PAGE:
A few interesting moments here and there don’t salvage the messy, amateurish quality that runs throughout the film.
Francis Ford Coppola, who has been on an experimental kick with films like Tetro and Youth Without Youth, returns to the horror genre with Twixt. Directed, written, produced and financed by Coppola himself, Twixt is clearly a personal project right down to its shooting locations on Coppola’s own estate. While seeing Coppola make a return to form after his apparent banishment from Hollywood would have been ideal, Twixt is baffling throughout.
The film starts with a narrator (Tom Waits) introducing the small town setting and storyline. The town has several distinct features, including a broken clock tower with seven faces and a mass murder that no one likes to talk about. Hall Baltimore (Val Kilmer), a writer who is described as “third-rate” and a “bargain basement Stephen King,” arrives to sell copies of his newest book. Baltimore is trying to think of a new idea that’ll put him back on top but keeps coming up short until the town’s sheriff (Bruce Dern) shows him the corpse of a girl who was staked in the heart. The same night Baltimore has a dream involving a young girl named V (Elle Fanning) and Edgar Allen Poe (Ben Chaplin) that convinces him to stay and try to write a new novel.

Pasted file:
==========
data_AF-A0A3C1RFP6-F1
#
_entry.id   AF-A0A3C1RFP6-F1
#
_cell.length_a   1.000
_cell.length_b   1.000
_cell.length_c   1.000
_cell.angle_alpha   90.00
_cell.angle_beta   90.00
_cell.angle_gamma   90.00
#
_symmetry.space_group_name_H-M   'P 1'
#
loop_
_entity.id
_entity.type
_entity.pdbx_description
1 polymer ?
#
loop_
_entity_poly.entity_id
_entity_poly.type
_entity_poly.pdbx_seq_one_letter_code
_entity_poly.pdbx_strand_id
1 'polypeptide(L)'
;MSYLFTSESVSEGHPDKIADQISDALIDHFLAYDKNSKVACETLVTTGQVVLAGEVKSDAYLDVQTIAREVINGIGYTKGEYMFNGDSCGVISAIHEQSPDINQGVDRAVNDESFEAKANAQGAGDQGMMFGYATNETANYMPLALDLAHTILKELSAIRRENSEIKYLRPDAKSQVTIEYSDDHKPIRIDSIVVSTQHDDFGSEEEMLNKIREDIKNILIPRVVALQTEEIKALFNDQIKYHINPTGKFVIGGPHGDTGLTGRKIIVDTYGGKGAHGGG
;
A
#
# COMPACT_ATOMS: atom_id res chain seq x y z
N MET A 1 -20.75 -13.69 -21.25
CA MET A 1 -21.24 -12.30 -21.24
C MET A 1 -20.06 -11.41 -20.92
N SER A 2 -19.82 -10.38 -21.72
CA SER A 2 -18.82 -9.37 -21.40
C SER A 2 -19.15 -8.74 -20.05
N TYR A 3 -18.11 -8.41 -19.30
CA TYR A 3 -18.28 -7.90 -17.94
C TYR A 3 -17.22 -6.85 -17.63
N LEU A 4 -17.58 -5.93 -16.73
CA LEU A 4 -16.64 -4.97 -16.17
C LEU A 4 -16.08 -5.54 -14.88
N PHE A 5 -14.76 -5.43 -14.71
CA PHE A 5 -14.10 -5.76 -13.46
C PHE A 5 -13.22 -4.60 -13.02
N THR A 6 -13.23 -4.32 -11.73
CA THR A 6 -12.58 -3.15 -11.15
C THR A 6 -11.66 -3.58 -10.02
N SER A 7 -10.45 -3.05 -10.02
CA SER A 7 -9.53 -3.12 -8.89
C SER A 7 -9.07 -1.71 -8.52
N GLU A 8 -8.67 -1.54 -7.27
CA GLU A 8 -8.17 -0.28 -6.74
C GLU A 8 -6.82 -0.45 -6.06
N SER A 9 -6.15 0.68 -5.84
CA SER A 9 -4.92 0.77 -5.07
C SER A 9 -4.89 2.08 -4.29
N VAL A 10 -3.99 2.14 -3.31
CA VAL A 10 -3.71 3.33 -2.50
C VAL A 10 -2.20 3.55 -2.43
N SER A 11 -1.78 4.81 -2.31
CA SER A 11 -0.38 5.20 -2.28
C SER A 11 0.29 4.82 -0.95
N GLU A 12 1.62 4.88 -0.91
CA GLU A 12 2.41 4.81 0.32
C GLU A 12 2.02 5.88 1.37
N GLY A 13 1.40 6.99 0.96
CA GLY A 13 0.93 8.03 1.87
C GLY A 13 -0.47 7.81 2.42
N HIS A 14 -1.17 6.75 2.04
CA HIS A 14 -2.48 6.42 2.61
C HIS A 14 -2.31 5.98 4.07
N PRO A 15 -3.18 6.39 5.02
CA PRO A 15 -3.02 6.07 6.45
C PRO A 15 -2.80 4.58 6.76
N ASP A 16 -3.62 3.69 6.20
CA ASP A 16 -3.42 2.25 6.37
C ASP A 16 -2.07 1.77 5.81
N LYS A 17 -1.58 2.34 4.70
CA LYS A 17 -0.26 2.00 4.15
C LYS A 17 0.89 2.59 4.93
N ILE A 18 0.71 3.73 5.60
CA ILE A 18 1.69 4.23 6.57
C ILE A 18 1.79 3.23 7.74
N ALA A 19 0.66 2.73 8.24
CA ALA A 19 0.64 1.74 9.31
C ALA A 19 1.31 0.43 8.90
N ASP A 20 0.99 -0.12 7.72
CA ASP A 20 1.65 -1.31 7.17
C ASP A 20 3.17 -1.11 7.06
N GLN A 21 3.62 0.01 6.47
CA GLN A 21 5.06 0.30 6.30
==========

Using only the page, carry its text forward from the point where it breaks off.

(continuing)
Anyone going into Twixt expecting an easy time is setting themselves up for disappointment. There are at least three storylines going on in the film involving the mystery behind whoever staked the girl, the dreams that explain the town’s history and the novel being written by Baltimore in the film. Twixt switches back and forth between all three of these, with the only distinction coming in the form of the black and white imagery of Baltimore’s dreams. Distinguishing reality from fiction seems easy at first, but by the final act everything blurs together so much Twixt becomes a tangled mess of a film.
The confusing nature of the plot isn’t even the worst thing about Twixt either. Coppola, shooting the film on what appears to be consumer grade cameras, makes everything look cheap and inept. The use of colour in the black and white dream sequences (mostly reserved for reds) looks hokey, and a subplot involving a boy who might be a vampire (Alden Ehrenreich) is downright laughable. Some of the worst examples are when Edgar Allen Poe’s face is superimposed on to the moon and when Ehrenreich rides a motorcycle with a CG background that would look impressive over 20 years ago.
Val Kilmer luckily has enough talent to pull off a good performance as Baltimore, but the same can’t be said for others in the cast. Elle Fanning mostly looks lost at sea, but it’s understandable why she’d have a hard time considering how bizarrely awful the rest of the film is. Alden Ehrenreich doesn’t say much outside of one scene but he does manage to show off some seriously stilted delivery before driving off on a motorcycle. Ben Chaplin and Bruce Dern manage to walk away mostly unscathed, with Dern’s hammy performance heightening some of the film’s similarities with David Lynch’s work.
The incompetent way that Twixt is shot might have been done intentionally by Coppola to match the pulpy B-movie storyline, but the result is laughable. It’s unsurprising that Coppola shot the majority of Twixt on his own estate because, for the most part, it feels like someone messing around in their backyard. A few interesting moments here and there don’t salvage the messy, amateurish quality that runs throughout the film. If this is Coppola experimenting, then the result is a complete failure.